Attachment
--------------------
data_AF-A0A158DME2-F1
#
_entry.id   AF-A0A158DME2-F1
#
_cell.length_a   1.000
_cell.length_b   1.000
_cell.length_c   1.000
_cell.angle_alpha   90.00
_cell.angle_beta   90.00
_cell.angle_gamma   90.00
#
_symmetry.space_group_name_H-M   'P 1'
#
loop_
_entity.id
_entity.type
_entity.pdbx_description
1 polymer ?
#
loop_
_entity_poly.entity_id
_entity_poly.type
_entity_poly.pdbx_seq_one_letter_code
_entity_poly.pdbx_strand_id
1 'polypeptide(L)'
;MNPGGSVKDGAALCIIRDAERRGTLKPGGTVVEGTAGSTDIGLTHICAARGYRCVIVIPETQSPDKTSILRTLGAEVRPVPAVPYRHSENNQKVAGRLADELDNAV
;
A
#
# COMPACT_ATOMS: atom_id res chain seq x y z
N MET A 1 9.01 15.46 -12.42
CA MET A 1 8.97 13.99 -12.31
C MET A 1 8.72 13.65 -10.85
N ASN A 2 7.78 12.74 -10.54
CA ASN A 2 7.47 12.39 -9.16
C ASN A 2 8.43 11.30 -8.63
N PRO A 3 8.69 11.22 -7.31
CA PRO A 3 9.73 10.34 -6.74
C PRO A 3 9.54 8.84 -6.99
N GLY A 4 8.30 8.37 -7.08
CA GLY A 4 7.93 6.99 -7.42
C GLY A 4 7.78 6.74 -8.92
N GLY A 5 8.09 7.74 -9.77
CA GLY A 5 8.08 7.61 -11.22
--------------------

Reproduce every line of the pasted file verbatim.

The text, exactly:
data_AF-A0A158DME2-F1
#
_entry.id   AF-A0A158DME2-F1
#
_cell.length_a   1.000
_cell.length_b   1.000
_cell.length_c   1.000
_cell.angle_alpha   90.00
_cell.angle_beta   90.00
_cell.angle_gamma   90.00
#
_symmetry.space_group_name_H-M   'P 1'
#
loop_
_entity.id
_entity.type
_entity.pdbx_description
1 polymer ?
#
loop_
_entity_poly.entity_id
_entity_poly.type
_entity_poly.pdbx_seq_one_letter_code
_entity_poly.pdbx_strand_id
1 'polypeptide(L)'
;MNPGGSVKDGAALCIIRDAERRGTLKPGGTVVEGTAGSTDIGLTHICAARGYRCVIVIPETQSPDKTSILRTLGAEVRPVPAVPYRHSENNQKVAGRLADELDNAV
;
A
#
# COMPACT_ATOMS: atom_id res chain seq x y z
N MET A 1 9.01 15.46 -12.42
CA MET A 1 8.97 13.99 -12.31
C MET A 1 8.72 13.65 -10.85
N ASN A 2 7.78 12.74 -10.54
CA ASN A 2 7.47 12.39 -9.16
C ASN A 2 8.43 11.30 -8.63
N PRO A 3 8.69 11.22 -7.31
CA PRO A 3 9.73 10.34 -6.74
C PRO A 3 9.54 8.84 -6.99
N GLY A 4 8.30 8.37 -7.08
CA GLY A 4 7.93 6.99 -7.42
C GLY A 4 7.78 6.74 -8.92
N GLY A 5 8.09 7.74 -9.77
CA GLY A 5 8.08 7.61 -11.22